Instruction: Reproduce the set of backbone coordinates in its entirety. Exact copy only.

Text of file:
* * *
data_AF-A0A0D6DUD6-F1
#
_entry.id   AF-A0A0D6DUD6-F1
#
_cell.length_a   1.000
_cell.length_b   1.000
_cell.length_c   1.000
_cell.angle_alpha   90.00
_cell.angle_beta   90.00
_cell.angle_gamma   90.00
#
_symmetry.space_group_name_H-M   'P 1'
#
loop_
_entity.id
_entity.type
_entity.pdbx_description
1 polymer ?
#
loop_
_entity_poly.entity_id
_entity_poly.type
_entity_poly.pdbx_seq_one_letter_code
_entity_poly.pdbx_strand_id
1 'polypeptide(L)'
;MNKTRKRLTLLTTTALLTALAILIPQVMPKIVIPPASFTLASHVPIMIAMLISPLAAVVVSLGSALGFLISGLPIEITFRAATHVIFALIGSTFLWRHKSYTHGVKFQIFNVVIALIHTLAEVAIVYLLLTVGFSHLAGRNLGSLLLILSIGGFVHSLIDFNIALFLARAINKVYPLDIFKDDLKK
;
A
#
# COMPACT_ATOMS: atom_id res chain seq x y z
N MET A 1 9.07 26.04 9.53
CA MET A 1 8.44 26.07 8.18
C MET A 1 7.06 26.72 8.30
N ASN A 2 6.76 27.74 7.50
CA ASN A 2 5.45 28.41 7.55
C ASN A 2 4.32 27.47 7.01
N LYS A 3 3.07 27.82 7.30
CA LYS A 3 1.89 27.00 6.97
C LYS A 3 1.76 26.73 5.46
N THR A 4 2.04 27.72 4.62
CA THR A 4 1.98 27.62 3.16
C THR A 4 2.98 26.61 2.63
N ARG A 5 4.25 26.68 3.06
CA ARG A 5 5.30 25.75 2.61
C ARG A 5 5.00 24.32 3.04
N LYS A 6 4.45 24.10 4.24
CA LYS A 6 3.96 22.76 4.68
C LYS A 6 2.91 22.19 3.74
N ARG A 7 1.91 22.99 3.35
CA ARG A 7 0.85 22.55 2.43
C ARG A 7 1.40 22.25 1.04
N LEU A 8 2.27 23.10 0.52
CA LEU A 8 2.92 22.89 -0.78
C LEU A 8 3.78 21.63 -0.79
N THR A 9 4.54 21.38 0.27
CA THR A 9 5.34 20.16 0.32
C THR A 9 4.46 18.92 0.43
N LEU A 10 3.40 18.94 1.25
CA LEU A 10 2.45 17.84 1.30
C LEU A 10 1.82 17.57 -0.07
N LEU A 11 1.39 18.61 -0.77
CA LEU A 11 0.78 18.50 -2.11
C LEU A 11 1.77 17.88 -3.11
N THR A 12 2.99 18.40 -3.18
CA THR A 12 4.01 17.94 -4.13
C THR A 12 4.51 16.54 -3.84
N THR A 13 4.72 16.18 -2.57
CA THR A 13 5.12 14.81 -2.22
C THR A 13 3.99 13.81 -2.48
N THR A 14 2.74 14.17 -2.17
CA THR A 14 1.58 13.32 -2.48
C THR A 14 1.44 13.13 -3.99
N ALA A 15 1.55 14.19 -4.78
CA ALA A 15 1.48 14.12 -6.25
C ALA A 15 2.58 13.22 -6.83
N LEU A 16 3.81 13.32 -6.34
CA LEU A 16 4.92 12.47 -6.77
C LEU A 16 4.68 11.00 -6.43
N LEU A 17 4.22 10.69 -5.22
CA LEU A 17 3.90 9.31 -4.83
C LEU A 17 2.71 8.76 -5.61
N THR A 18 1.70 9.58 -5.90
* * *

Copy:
data_AF-A0A0D6DUD6-F1
#
_entry.id   AF-A0A0D6DUD6-F1
#
_cell.length_a   1.000
_cell.length_b   1.000
_cell.length_c   1.000
_cell.angle_alpha   90.00
_cell.angle_beta   90.00
_cell.angle_gamma   90.00
#
_symmetry.space_group_name_H-M   'P 1'
#
loop_
_entity.id
_entity.type
_entity.pdbx_description
1 polymer ?
#
loop_
_entity_poly.entity_id
_entity_poly.type
_entity_poly.pdbx_seq_one_letter_code
_entity_poly.pdbx_strand_id
1 'polypeptide(L)'
;MNKTRKRLTLLTTTALLTALAILIPQVMPKIVIPPASFTLASHVPIMIAMLISPLAAVVVSLGSALGFLISGLPIEITFRAATHVIFALIGSTFLWRHKSYTHGVKFQIFNVVIALIHTLAEVAIVYLLLTVGFSHLAGRNLGSLLLILSIGGFVHSLIDFNIALFLARAINKVYPLDIFKDDLKK
;
A
#
# COMPACT_ATOMS: atom_id res chain seq x y z
N MET A 1 9.07 26.04 9.53
CA MET A 1 8.44 26.07 8.18
C MET A 1 7.06 26.72 8.30
N ASN A 2 6.76 27.74 7.50
CA ASN A 2 5.45 28.41 7.55
C ASN A 2 4.32 27.47 7.01
N LYS A 3 3.07 27.82 7.30
CA LYS A 3 1.89 27.00 6.97
C LYS A 3 1.76 26.73 5.46
N THR A 4 2.04 27.72 4.62
CA THR A 4 1.98 27.62 3.16
C THR A 4 2.98 26.61 2.63
N ARG A 5 4.25 26.68 3.06
CA ARG A 5 5.30 25.75 2.61
C ARG A 5 5.00 24.32 3.04
N LYS A 6 4.45 24.10 4.24
CA LYS A 6 3.96 22.76 4.68
C LYS A 6 2.91 22.19 3.74
N ARG A 7 1.91 22.99 3.35
CA ARG A 7 0.85 22.55 2.43
C ARG A 7 1.40 22.25 1.04
N LEU A 8 2.27 23.10 0.52
CA LEU A 8 2.92 22.89 -0.78
C LEU A 8 3.78 21.63 -0.79
N THR A 9 4.54 21.38 0.27
CA THR A 9 5.34 20.16 0.32
C THR A 9 4.46 18.92 0.43
N LEU A 10 3.40 18.94 1.25
CA LEU A 10 2.45 17.84 1.30
C LEU A 10 1.82 17.57 -0.07
N LEU A 11 1.39 18.61 -0.77
CA LEU A 11 0.78 18.50 -2.11
C LEU A 11 1.77 17.88 -3.11
N THR A 12 2.99 18.40 -3.18
CA THR A 12 4.01 17.94 -4.13
C THR A 12 4.51 16.54 -3.84
N THR A 13 4.72 16.18 -2.57
CA THR A 13 5.12 14.81 -2.22
C THR A 13 3.99 13.81 -2.48
N THR A 14 2.74 14.17 -2.17
CA THR A 14 1.58 13.32 -2.48
C THR A 14 1.44 13.13 -3.99
N ALA A 15 1.55 14.19 -4.78
CA ALA A 15 1.48 14.12 -6.25
C ALA A 15 2.58 13.22 -6.83
N LEU A 16 3.81 13.32 -6.34
CA LEU A 16 4.92 12.47 -6.77
C LEU A 16 4.68 11.00 -6.43
N LEU A 17 4.22 10.69 -5.22
CA LEU A 17 3.90 9.31 -4.83
C LEU A 17 2.71 8.76 -5.61
N THR A 18 1.70 9.58 -5.90